McPherson Magnet School is part of Orange USD, located in southern California. A K8 magnet school focused on science, math and technology, McPherson has been open since 1997 and serves 900 students. The school’s mission includes valuing a range of learning styles, utilizing a variety of learning tools and strategies while extending the learning environment beyond the classroom.
Shannon Duncan is in her second year teaching sixth grade math and science at McPherson, prior to which she was a math and science teacher in an alternative school for five years and a district-level elementary technology coach for Orange USD. “I was excited to have the opportunity to teach at McPherson because of their philosophy of learning, and willingness to take alternative approaches to the old paper-and-pencil teaching techniques,” says Duncan.
While the district has used ST Math from the MIND Research Institute in math instruction beginning in kindergarten, in 2012 the Institute and district administrators approached Duncan to ask if she would pilot new ST Math material designed for the middle school level in her classroom.
Centered around an animated penguin named JiJi, MIND Research Institute’s ST Math software program teaches math visually. JiJi guides students through playful but challenging math lessons that involve a variety of scenarios, games and puzzles, each carefully designed to help students learn to understand math conceptually, instead of just memorizing answers. “At first I wasn’t familiar with ST Math,” says Duncan, “but I soon learned that it provides exactly what is missing from a lot of math instruction. It doesn’t just provide numbers and answers; it develops critical thinking, reasoning, logic and problem solving skills.”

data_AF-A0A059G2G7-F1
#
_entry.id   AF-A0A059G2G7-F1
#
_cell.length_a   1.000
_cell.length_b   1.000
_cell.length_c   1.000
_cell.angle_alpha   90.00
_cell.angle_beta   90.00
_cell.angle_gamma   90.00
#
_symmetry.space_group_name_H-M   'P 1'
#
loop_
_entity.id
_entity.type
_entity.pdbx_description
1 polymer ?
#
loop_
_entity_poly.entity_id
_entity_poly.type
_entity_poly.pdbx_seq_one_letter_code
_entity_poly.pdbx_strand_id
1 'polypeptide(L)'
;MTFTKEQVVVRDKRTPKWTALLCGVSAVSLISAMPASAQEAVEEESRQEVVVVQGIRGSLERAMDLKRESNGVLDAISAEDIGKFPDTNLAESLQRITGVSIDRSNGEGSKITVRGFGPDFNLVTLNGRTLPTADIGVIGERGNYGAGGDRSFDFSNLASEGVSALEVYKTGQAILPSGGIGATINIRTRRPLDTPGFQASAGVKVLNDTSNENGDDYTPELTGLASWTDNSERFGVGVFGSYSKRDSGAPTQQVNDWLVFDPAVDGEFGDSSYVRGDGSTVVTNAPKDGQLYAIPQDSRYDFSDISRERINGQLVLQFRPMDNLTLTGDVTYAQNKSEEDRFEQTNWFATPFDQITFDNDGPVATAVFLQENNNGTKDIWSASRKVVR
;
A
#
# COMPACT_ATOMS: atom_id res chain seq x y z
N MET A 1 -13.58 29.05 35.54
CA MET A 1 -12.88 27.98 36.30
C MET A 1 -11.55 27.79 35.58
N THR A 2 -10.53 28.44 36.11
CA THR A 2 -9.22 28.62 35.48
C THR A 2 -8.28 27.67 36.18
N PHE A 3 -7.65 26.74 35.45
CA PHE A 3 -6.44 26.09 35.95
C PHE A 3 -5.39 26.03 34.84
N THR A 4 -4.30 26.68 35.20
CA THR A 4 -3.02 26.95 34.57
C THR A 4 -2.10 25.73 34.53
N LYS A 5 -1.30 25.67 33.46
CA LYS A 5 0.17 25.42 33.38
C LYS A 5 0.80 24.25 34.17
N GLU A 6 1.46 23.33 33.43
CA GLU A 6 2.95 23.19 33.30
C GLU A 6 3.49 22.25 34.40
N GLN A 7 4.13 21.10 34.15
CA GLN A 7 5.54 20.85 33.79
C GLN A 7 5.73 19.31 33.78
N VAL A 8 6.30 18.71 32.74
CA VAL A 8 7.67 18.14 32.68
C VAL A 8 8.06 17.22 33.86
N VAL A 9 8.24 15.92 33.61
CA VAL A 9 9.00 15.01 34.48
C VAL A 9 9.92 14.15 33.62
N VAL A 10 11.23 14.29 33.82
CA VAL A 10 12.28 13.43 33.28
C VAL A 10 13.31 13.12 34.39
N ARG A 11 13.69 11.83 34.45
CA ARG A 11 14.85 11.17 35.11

Duncan’s students soon began using ST Math for 30 minutes, three times a week in her classroom, which uses a rotational blended learning model with three groups of 35 students each. “Since our district has been using ST Math since kindergarten, you would think these students would be tired of it. But as the program proceeds, the challenges get more difficult,” Duncan says. “Students get drawn into it. They challenge one another even outside of class to advance through the program. It’s awesome to see their enthusiasm.”
Duncan says the unique features of ST Math help middle school students in particular to succeed. “One of the challenges with this age group is that sixth grade students are about to be teenagers, yet are still very young and emotionally fragile. So it’s crucial to strike a delicate balance between providing structure and discipline, but not discouraging them,” she says. “That is exactly what ST Math does so well. It balances providing rigorous content while giving students a feeling of accomplishment and developing their confidence. The program teaches them that it’s ok if you don’t get it right the first time, but to keep trying until you do.”
“What I love about ST Math is that it supports cognitive development, as opposed to the drill-and-kill software programs of the past,” says Duncan. “Students are highly engaged and driven to succeed. We left the online portal open over the summer, and it was amazing how many students continued to use it.”
Looking to the future, Duncan says her plan is to continue to incorporate ST Math in her teaching. “My goal now is to have a section of ST Math associated with every lesson and each day’s assignment,” she says. “I’ve tried many other math programs, and this is the only one that so successfully incorporates every aspect of learning math, visually and cognitively.”
Read another middle school teacher's perspective on why blended learning works and our tips for getting middle school math right.